Wilding warriors . . . Upper Clutha Wild Tree Group members Jenny and Arne Cleland. PHOTO: MARK PRICE

    Aiming to nip wilding trees in the bud

    (Republished from The Wānaka Sun Article - 13th October 2023) 

    A new Wānaka group launching next week is intent on turning back the tide of pine and Douglas fir trees spreading across Upper Clutha.

    The Upper Clutha Wilding Tree Group has a plan and some funding, and is now seeking public support.

    Two of its founders, Arne and Jenny Cleland, revealed the group’s plans to The Sun earlier this month, acknowledging wilding trees were a sensitive issue.

    Mrs Cleland said they had to proceed carefully ‘‘because it's a very sensitive subject and some people believe really strongly that any tree is a good tree’’.

    ‘‘They do not agree with what MPI [Ministry for Primary Industries] and all the wilding conifer groups are doing.

    ‘‘They'd rather see Douglas fir everywhere than preserve our biodiversity.

    ‘‘So, it’s a long game.’’

    The couple once owned Pukerau Nursery, specialising in native species, and have a depth of knowledge of the effects on the environment of fir and pine trees.

    Not only do they shade out native species, they also change the soil in a way that makes it unattractive for natives.

    The Clelands believe they have the chance to nip the Upper Clutha wilding tree problem in the bud because, unlike other parts of Otago and Southland, the trees are still mostly quite small.

    Mr Cleland said it did not initially look as if there was much of a problem ‘‘but we've only got to fly around the hills and you see it’’.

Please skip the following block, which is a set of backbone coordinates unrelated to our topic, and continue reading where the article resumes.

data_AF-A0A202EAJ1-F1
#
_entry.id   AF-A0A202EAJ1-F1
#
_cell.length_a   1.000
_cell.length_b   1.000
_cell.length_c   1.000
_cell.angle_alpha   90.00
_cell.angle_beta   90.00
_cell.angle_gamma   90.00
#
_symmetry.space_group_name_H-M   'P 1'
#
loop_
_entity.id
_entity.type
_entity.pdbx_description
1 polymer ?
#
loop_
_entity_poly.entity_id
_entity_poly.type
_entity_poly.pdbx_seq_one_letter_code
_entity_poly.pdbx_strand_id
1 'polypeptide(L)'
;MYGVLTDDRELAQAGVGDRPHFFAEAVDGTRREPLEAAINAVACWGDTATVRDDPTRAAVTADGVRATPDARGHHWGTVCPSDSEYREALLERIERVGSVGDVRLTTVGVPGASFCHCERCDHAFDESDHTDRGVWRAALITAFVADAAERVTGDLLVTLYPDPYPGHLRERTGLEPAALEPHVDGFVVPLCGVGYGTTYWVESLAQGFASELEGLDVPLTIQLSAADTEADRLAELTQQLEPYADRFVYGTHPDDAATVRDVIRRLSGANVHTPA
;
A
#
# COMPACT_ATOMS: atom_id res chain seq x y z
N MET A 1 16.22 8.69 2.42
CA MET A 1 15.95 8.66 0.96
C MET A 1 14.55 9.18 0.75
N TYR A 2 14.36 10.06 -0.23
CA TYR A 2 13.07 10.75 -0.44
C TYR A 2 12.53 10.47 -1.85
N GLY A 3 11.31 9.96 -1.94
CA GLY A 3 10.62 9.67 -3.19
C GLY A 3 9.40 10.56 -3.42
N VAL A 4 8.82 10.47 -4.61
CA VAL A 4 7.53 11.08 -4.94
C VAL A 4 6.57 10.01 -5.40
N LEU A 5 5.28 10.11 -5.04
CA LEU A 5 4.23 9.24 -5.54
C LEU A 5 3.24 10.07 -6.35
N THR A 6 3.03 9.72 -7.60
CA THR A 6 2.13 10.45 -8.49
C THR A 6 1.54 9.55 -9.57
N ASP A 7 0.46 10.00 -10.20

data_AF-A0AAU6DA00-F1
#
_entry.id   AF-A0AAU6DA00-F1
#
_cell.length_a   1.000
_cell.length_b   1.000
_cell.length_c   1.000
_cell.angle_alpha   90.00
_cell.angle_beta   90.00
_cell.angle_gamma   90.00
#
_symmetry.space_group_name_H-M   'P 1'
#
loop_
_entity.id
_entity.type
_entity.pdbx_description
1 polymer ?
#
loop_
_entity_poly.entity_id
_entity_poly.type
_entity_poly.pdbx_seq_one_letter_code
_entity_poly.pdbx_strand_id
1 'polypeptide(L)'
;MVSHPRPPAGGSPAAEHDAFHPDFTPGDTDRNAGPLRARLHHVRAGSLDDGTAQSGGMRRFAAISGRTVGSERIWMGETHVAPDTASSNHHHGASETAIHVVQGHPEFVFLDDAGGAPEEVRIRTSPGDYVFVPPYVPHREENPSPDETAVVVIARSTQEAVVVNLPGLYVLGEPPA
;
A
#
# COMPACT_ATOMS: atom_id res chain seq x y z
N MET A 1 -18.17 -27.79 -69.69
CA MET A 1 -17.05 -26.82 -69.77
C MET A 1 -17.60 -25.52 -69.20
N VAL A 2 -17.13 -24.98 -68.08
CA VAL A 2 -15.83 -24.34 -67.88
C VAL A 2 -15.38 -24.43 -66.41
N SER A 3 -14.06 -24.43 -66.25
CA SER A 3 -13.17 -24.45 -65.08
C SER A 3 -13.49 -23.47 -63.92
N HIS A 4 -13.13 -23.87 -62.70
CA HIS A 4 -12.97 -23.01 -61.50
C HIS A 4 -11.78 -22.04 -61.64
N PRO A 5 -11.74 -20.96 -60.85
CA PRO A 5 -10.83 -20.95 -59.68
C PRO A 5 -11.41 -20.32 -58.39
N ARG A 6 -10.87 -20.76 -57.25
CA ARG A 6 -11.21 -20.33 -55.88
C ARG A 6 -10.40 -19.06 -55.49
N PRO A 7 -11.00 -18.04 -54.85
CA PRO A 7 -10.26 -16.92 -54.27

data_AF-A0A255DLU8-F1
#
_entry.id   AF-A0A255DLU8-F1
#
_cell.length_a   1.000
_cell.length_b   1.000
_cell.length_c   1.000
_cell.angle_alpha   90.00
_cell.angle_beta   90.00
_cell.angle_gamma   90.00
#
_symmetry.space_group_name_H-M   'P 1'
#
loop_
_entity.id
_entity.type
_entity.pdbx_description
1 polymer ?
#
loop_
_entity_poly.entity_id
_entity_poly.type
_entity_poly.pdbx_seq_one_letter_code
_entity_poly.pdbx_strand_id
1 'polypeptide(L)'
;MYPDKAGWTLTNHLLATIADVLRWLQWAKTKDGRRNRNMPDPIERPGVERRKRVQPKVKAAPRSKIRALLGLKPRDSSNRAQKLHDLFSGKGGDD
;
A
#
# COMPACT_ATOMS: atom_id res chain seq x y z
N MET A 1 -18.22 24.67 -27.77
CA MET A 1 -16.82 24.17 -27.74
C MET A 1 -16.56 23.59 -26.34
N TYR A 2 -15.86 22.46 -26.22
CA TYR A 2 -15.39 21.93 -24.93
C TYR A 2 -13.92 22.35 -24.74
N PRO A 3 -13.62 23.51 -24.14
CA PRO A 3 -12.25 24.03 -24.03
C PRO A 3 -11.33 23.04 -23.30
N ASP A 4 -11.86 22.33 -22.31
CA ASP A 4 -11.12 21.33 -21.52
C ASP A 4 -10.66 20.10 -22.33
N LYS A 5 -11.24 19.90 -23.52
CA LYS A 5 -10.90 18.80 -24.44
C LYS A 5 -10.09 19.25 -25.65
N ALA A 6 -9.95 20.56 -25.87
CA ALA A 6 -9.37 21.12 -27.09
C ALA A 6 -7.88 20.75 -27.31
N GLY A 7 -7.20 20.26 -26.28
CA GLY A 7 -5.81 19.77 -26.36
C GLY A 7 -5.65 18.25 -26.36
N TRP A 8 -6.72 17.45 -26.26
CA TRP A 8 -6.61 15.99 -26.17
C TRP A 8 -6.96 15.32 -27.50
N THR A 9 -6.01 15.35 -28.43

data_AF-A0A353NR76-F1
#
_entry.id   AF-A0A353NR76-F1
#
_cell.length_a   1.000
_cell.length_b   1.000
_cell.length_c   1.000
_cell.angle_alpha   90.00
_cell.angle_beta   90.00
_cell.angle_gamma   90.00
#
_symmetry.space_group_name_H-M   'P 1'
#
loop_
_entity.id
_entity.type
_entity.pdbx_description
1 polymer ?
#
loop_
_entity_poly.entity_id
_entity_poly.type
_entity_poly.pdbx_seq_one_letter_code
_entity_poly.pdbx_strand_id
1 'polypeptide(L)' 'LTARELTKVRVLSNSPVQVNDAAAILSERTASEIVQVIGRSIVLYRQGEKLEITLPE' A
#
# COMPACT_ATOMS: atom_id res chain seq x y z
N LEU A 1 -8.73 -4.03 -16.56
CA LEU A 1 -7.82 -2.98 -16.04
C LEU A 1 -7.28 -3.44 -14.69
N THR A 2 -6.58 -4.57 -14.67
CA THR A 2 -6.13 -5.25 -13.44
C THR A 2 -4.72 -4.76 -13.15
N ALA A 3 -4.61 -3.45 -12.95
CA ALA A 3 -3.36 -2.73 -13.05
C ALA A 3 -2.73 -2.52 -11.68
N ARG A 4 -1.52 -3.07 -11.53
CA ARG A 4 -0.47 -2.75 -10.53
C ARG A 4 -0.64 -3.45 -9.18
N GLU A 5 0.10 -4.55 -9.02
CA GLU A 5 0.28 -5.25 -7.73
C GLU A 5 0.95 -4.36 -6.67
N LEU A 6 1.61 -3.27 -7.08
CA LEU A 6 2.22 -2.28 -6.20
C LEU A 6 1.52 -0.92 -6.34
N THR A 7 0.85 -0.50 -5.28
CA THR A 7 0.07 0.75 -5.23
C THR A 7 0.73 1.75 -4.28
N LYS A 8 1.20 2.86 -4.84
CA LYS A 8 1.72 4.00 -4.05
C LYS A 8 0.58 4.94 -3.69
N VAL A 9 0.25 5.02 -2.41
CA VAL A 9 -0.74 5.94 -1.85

One of their priorities will be to get rid of the trees from Stevenson's Peninsula, part of Mt Burke Station.

    Mrs Cleland said ‘‘when it snows, you can see these little, upright, dark green shapes up there, and they're just at the coning stage now’’.

    ‘‘So it's early days and very solvable, but if we do nothing, it'll look like Queenstown Hill.

    ‘‘They'll just cover the whole thing.’’

    The Clelands think the Stevenson's Peninsula Douglas firs probably came from the Lake Wānaka island of Mou Waho before they were eradicated there.

    Wind-blown seeds can travel 12km.

    Mr Cleland said it did not happen every year ‘‘because you have got to get a few things to line up but when it happens, a lot of seed can get distributed’’.

    Douglas firs have spread as far as the Neck, on the way to Makarora, and to the other side of Lake Hāwea.

    Part of the plan is to start from the outside of the affected land and work towards the centre, concentrating in particular on larger seed trees.

    The group has funding from the Queenstown Lakes District Council (QLDC) and the Otago Regional Council that will allow some initial work to be done by contractors using helicopters — possibly before Christmas.

    However, keeping the work going is expected to cost millions of dollars, and that will require other sources of funding.

    The Mt Iron-Hidden Hills area is another they are keen to tackle.

    Mr Cleland said the big trees there had the potential to become ‘‘flaming candles’’ sending sparks flying if there was a fire in windy conditions.

    Mrs Cleland hoped they would ‘‘be able to have conversations with private landowners and maybe give them a little bit of financial help’’

    Part of their funding from the QLDC is aimed at wilding trees on the council’s Mt Iron Reserve.

    The launch: Lake Wānaka Centre, at 7pm, on October 17.

    Back to blog